In a notorious 1963 essay titled “My Negro Problem–And Ours” Norman Podhoretz, the editor of Commentary, wrote of to “the insane rage” he felt “at the thought of Negro anti-Semitism.” Podhoretz didn’t elucidate why “Negro anti-Semitism,” which manifested itself most visibly in the ravings of the Nation of Islam, should be any worse than white anti-Semitism—which, after all, was responsible for centuries of persecutions, pogroms, and, ultimately, the Holocaust. But in the pages of Commentary magazine, which Podhoretz edited from 1960 to 1995, other writers frequently took up the theme, airing their anxiety that the rise of African-American political activism would undermine the interests of Jewish Americans.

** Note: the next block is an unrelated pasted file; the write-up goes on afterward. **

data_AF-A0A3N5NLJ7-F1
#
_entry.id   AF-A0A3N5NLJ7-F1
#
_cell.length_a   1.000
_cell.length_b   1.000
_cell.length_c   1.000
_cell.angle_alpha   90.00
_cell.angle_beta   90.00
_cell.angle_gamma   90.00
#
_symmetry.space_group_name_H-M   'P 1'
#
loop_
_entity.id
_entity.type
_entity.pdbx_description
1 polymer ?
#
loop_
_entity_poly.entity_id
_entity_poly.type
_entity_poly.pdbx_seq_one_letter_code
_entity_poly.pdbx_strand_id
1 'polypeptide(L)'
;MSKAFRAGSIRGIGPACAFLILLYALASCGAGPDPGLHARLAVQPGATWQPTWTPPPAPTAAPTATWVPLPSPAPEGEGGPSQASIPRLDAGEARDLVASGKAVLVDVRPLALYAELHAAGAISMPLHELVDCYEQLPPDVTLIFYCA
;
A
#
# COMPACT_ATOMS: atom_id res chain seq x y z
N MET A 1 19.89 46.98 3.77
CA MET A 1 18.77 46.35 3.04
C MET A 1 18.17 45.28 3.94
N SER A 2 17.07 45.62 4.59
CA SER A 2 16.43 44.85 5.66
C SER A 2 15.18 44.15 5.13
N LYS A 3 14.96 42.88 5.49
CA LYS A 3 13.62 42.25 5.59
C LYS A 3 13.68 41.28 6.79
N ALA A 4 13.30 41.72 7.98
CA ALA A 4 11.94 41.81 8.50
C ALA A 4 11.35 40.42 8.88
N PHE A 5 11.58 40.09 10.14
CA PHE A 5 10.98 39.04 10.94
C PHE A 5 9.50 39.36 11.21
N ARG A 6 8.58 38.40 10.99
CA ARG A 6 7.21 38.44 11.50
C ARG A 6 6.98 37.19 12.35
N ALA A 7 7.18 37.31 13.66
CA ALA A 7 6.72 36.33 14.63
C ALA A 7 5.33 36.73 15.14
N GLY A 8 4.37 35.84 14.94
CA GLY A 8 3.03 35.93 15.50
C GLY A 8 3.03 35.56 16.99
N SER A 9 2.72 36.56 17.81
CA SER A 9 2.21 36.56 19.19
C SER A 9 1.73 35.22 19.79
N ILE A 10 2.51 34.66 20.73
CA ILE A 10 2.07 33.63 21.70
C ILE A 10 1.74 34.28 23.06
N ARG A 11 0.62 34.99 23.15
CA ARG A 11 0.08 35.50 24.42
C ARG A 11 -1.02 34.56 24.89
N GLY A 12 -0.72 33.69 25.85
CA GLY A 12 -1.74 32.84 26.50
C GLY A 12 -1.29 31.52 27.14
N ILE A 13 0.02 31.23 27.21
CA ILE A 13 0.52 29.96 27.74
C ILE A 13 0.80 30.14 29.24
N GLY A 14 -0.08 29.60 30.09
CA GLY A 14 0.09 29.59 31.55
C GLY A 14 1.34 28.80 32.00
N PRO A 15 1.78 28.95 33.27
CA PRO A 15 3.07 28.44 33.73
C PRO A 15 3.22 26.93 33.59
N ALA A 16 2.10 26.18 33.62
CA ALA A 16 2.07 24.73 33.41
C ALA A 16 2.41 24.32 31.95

Commentary magazine is now edited by John Podhoretz, Norman’s son. And its June issue, which came online last month and began receiving critical attention this week, is about racial tension. “African Americans Vs. American Jews” announces the cover.